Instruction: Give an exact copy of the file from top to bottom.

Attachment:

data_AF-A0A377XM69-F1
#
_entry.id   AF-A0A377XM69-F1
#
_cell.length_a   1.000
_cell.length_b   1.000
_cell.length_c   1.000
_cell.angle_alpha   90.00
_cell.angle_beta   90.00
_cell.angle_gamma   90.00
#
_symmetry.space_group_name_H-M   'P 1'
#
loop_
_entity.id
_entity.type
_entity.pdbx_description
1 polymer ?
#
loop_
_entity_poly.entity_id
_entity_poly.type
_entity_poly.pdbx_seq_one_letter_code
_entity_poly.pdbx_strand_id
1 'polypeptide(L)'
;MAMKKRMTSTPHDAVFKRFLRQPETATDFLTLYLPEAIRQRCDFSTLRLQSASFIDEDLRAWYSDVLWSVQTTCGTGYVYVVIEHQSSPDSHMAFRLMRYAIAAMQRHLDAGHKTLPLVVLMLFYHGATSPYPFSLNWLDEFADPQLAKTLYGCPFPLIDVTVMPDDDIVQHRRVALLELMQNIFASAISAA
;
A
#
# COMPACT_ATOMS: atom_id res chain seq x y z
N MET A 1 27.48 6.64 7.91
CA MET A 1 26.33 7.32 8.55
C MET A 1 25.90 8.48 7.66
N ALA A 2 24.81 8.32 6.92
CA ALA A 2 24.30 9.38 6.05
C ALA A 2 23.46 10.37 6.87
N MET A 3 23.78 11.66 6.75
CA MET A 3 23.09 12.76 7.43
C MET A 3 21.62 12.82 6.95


data_AF-A0A377XM69-F1
#
_entry.id   AF-A0A377XM69-F1
#
_cell.length_a   1.000
_cell.length_b   1.000
_cell.length_c   1.000
_cell.angle_alpha   90.00
_cell.angle_beta   90.00
_cell.angle_gamma   90.00
#
_symmetry.space_group_name_H-M   'P 1'
#
loop_
_entity.id
_entity.type
_entity.pdbx_description
1 polymer ?
#
loop_
_entity_poly.entity_id
_entity_poly.type
_entity_poly.pdbx_seq_one_letter_code
_entity_poly.pdbx_strand_id
1 'polypeptide(L)'
;MAMKKRMTSTPHDAVFKRFLRQPETATDFLTLYLPEAIRQRCDFSTLRLQSASFIDEDLRAWYSDVLWSVQTTCGTGYVYVVIEHQSSPDSHMAFRLMRYAIAAMQRHLDAGHKTLPLVVLMLFYHGATSPYPFSLNWLDEFADPQLAKTLYGCPFPLIDVTVMPDDDIVQHRRVALLELMQNIFASAISAA
;
A
#
# COMPACT_ATOMS: atom_id res chain seq x y z
N MET A 1 27.48 6.64 7.91
CA MET A 1 26.33 7.32 8.55
C MET A 1 25.90 8.48 7.66
N ALA A 2 24.81 8.32 6.92
CA ALA A 2 24.30 9.38 6.05
C ALA A 2 23.46 10.37 6.87
N MET A 3 23.78 11.66 6.75
CA MET A 3 23.09 12.76 7.43
C MET A 3 21.62 12.82 6.95